Casey Goodson Jr.'s Family Calls For Murder Charges Against Sheriff's Deputy
Updated 3:30 p.m. ET
A lawyer for Franklin County, Ohio, Sheriff's Deputy Jason Meade says Casey Goodson Jr. pointed a gun at the deputy during the encounter preceding Goodson's killing nearly a week ago.
The statement released Thursday marks the first public comment providing Meade's perspective on Goodson's death, which is the subject of both federal and local investigations.
"Mr. Goodson pointed his gun at Deputy Meade," according to lawyer Mark Collins. "There has been confirmation that our client gave verbal commands for Mr. Goodson to drop the gun."
It is unclear how that confirmation was obtained as authorities say no eyewitnesses to Friday's shooting have come forward and the deputy was not wearing a body camera. NPR member station WOSU requested clarification from the law firm.
Collins' statement came soon after Goodson's mother and her attorneys held a press conferencecalling for Meade, a 17-year veteran of the force, to be removed from duty, arrested and charged with murder.
"He was just a Black man coming home from a dentist's appointment," Tamala Payne, Goodson's mother, said of her son at a Thursday news conference with attorneys. "He didn't do anything. And he was killed and murdered, coldbloodedly, in a violent manner."
"Casey is not a suspect in any way shape or form," said Sean Walton, an attorney for the family. "Casey is someone who was killed on his kitchen floor simply because he is a Black man and his skin was weaponized."
Walton said that Meade also pointed his gun at Goodson's uncle, who was holding his 3-year-old daughter, and told him to "get out of this house before I shoot you, too."
Payne said that a deputy at the scene called her a "b****" and that officers refused to provide basic information about her son's condition after the shooting.
Franklin County Sheriff Dallas Baldwin released a statement after the press conference, saying he will order an immediate internal review of whether his officers used inappropriate language.
"I am aware there was a large, multi-agency response to the scene, but if one of my deputies used such language at the scene of any tragedy, it would be unacceptable and unbecoming of a law enforcement officer," Baldwin said. "No grieving family deserves to be insulted."
A law enforcement shooting death with little clarity
Authorities said Meade was conducting a search as part of a U.S. Marshals Service fugitive task force when he encountered Goodson, 23, who was neither the suspect the task force was looking for nor the subject of any investigation.
Last week Peter Tobin, U.S. marshal for the Southern District of Ohio, said Goodson "was seen driving down the street waving a gun," though he did not say Goodson had the gun when he was shot. Nor did Columbus police.
"During an operation in the Northland area of Columbus, the deputy reported witnessing a man with a gun," Columbus police said in a statement. "The deputy pursued that man, and there are reports of a verbal exchange. The deputy fired at Mr. Casey Goodson, Jr., resulting in his death."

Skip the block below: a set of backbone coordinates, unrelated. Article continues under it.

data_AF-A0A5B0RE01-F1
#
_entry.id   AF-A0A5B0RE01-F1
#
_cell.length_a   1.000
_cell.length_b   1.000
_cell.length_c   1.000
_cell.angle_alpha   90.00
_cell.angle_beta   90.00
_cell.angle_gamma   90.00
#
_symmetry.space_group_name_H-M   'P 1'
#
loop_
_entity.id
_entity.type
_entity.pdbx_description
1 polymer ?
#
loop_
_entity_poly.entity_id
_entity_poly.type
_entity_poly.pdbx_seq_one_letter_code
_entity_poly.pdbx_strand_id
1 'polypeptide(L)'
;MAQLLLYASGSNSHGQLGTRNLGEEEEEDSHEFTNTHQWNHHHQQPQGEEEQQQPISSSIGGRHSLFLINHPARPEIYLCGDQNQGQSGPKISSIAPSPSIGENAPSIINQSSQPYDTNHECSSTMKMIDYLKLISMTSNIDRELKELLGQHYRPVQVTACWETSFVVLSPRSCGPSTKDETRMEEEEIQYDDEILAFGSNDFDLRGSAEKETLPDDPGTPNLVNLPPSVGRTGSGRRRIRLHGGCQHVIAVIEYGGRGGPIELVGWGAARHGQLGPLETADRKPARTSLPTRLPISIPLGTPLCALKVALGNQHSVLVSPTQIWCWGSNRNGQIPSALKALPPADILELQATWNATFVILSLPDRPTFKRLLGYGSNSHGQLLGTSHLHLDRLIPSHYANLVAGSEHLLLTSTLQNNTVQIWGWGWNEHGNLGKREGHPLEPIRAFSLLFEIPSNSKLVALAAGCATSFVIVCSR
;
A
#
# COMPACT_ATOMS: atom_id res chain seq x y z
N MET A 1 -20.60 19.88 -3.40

A preliminary autopsy report released Wednesdayby Franklin County Coroner Dr. Anahi Ortiz found Goodson died from multiple gunshots to the torso, and ruled his death a homicide.
Members of Goodson's family allege he was shot in the back while entering his home, carrying a bag of sandwiches for his grandmother and brother. However, the preliminary autopsy does not indicate the directionality or number of the bullet wounds. Ortiz said a full autopsy will be released in 12 to 14 weeks and declined to comment further on the report.
Goodson's relatives said they plan to commission an independent autopsy as well.
On Tuesday, U.S. Attorney David DeVillers announced the U.S. Department of Justice would assess whether any civil rights laws were violated in Goodson's killing, saying he believed "a federal investigation is warranted."
A separate investigation is ongoing from the Columbus Division of Police, which will then turn over evidence to the Franklin County prosecuting attorney. A local grand jury will make the decision about whether to charge Meade in the killing — a standard process for local police-involved shootings.
Cleveland attorney Sarah Gelsomino, also representing Goodson's family, said that "the entire investigation is forever tainted."
"The federal government has a very large hurdle here in order to be able to prove that the investigation into this case can be unbiased and thorough and adequate," Gelsomino said. "Because from the start, we know that it was in fact biased."
Authorities said a gun was recovered from the scene, but family members who were home at the time said they did not see a gun in Goodson's hand or near his body after he was shot. Goodson did possess an up-to-date concealed carry license, and Walton said he had educated his family about gun safety and laws.
"As Black people in this country our skin cannot be weaponized," attorney Walton said. "We have a country where if someone wants to protest at the Statehouse they can carry assault rifles, if their skin is white."
Protests are planned Saturday at the Ohio Statehouse.
"I want everything done in peace," Payne said of the protests. "My son was a peaceful man, and I want his legacy to continue in peace. I am calling for justice. I want Jason Meade arrested. I want Jason Meade charged."
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